Convince and Close Strategy System

The Secret to Benefits That Sell

Features and benefits – two key elements of any sales course. After all, understanding them and the differences between them is part of the foundation of making a sale.

If you want to be persuasive, benefits have to be at the core of your presentation – the tastier the better. Let me explain:

If you’re like me, you learned earlier on that …

features are what a product has; benefits are what it does.

But sometimes, what you think are benefits aren’t. They’re often not personal enough. They’re not compelling.
To REALLY sell, your benefits have to be specific. They have to give your audience a specific gain . . . one they can personally feel, or imagine.

Let’s consider another word: “advantages.” I’m going to suggest to you that what we’ve traditionally thought of as “benefits” are really “advantages.” Products and services have features and features have advantages. But benefits are different.

Fobenefits must emotionally involve your audiencer example, let’s say I wanted to sell you a “double chocolate” cake. I might say that it has “double rich, naturally sweet” icing. That’s a feature. The advantage is that it’s not too rich or overly sweet like traditional chocolate and that makes it taste so much better. But, so what? It doesn’t really make me want to taste it.

But, if I were to tell you that it tastes so good, it will make your toes curl … Think about that. It will make your toes curl! Now, that’s a benefit – one that affects you emotionally. THAT sells. I want to experience THAT.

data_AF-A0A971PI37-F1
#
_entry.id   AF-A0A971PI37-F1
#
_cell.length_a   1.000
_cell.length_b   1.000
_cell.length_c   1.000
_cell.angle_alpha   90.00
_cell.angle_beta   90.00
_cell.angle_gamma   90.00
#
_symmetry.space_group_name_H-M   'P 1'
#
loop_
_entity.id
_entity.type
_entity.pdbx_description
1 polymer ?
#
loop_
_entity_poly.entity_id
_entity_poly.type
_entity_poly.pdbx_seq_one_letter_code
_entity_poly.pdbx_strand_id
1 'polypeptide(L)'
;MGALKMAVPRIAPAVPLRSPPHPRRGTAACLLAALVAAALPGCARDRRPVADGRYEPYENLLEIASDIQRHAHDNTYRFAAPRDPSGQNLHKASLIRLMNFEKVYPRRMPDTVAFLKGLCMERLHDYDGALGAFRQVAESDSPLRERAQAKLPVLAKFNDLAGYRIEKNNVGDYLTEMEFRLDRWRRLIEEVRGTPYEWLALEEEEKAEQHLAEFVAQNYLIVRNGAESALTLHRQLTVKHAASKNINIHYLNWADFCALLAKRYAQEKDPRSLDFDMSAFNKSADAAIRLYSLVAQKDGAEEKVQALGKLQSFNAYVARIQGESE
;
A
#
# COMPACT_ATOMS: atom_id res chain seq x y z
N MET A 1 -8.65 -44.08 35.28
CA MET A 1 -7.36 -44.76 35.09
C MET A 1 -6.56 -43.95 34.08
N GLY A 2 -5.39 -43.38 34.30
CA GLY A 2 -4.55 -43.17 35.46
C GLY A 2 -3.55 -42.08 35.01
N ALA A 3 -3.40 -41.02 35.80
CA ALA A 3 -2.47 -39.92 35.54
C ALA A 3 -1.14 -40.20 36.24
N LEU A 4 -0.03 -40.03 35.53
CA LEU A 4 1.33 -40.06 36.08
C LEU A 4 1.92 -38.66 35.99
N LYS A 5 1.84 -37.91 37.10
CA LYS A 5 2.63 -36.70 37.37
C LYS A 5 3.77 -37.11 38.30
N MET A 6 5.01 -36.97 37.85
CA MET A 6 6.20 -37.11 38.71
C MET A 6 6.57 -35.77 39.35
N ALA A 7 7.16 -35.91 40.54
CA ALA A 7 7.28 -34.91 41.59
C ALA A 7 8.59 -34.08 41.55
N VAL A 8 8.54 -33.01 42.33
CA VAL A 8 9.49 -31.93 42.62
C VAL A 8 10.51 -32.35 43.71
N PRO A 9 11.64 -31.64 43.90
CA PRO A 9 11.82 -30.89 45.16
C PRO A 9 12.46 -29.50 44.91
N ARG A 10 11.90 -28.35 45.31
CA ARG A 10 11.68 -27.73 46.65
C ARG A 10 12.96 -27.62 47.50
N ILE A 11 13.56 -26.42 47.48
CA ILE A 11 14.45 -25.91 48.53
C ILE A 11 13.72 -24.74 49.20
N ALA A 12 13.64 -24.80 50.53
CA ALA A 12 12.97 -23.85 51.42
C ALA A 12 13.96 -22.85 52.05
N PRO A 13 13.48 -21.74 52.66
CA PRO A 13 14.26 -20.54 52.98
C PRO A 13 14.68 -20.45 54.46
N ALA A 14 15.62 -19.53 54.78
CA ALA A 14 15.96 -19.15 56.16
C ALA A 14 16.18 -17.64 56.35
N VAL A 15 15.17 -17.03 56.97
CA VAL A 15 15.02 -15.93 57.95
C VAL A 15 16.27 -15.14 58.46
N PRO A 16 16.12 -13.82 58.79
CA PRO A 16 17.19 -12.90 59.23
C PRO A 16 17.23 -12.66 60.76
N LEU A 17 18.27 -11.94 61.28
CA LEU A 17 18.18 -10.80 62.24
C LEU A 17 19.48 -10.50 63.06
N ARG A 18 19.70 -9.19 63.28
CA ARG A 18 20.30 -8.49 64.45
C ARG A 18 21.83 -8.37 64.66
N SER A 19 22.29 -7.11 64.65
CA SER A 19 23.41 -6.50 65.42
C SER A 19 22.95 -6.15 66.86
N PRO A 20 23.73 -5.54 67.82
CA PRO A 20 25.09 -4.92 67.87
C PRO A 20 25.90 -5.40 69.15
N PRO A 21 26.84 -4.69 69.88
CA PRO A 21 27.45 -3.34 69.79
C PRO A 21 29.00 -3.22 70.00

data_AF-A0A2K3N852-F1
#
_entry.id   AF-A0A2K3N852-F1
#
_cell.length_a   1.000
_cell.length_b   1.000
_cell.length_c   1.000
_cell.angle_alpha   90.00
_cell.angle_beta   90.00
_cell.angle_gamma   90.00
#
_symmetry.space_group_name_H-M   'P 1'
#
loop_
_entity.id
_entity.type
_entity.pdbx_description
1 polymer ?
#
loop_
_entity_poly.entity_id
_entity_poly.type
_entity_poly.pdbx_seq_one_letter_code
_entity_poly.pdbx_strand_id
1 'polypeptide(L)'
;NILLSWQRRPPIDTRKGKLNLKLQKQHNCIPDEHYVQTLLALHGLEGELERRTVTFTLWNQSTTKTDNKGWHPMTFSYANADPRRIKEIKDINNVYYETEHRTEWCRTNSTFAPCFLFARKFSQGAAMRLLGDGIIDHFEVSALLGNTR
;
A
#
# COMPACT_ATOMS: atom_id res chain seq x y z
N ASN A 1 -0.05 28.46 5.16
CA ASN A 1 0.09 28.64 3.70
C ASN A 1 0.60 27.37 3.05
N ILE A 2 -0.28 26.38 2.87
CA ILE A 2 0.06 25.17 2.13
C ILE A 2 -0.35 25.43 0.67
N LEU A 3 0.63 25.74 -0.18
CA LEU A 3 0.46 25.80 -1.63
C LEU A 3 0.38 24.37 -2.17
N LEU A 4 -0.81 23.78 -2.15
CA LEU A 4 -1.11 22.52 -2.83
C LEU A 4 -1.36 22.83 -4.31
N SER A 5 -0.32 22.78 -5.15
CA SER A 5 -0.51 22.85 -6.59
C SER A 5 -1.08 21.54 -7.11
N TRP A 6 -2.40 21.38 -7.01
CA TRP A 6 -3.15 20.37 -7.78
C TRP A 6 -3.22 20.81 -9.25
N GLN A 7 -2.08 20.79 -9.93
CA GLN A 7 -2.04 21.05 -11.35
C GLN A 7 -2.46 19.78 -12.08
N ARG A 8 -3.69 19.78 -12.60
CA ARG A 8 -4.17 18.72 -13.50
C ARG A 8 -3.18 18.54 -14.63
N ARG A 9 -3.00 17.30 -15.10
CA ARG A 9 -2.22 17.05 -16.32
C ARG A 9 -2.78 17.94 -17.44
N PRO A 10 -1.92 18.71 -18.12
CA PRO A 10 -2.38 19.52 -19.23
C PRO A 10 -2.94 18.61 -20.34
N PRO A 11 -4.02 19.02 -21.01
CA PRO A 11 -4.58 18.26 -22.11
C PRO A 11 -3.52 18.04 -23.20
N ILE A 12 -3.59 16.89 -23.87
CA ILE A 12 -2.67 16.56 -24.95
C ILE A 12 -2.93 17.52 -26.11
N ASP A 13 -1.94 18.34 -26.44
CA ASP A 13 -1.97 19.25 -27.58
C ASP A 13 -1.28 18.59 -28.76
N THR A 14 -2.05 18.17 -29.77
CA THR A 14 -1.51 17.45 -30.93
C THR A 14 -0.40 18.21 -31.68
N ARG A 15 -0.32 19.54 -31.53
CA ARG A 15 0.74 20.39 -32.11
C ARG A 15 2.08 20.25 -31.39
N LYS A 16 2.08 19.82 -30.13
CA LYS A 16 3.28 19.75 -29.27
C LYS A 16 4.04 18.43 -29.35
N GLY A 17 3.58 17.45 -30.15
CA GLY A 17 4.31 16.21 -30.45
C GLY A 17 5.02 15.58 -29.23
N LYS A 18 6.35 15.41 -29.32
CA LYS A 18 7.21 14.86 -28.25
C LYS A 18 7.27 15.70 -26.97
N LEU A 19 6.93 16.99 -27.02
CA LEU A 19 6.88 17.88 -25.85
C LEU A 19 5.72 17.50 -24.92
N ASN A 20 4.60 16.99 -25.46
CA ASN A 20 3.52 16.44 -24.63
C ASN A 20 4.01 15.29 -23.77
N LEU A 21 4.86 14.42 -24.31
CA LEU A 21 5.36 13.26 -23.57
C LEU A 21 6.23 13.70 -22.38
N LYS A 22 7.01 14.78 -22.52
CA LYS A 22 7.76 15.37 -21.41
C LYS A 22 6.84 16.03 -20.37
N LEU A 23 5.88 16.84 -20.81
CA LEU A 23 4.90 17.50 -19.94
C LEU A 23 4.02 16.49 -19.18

Benefits are how products or services affect your audience on a personal level. Benefits have to affect them emotionally. And that has impact. That sells.

Your audience must feel the need (be compelled) to change. In other words

to really change minds, you have to emotionally involve your audience.

Here’s a list of the basic emotions:


People don’t change unless you emotionally involve them. They don’t change unless they see the benefit … and have an emotional reaction to that benefit.

It’s also critically important to understand what a “benefit” actually is and how it needs to be worded. Too often, we cite “features” rather than “benefits”: “The new printer prints beautiful color pages and comes with a 500 page paper tray.” Those are clearly features. The benefit would be the way they affect us. Color might help us be more successful by generating more sales. The paper tray might save us time and frustration and let us go home early in a more relaxed frame of mind. Those are the benefits.

Here’s an article that expands on the power of “benefits” a little further.

Sure, logic has a place. But most people don’t make logical choices. Take cars, for example. We fall in love with them. That’s MOST of us. There are exceptions.

So … I could appeal to you through facts and figures regarding the need to support fighting cancer in children, or I could tell you an emotional story about Sally. And  show her picture. Sally will be the trigger. Because we connect with her; we feel for her; we get emotionally connected.

There are many ways to change minds. has around 5,000 pages of free information on how to change minds – a great resource for virtually any kind of persuasive challenge you might come across.

If you want to be remembered long after your presentation, raising emotions is the only way to go. We remember the things that affect us emotionally.

So … concentrate on benefits … that emotionally move your audience. That’s what changes minds.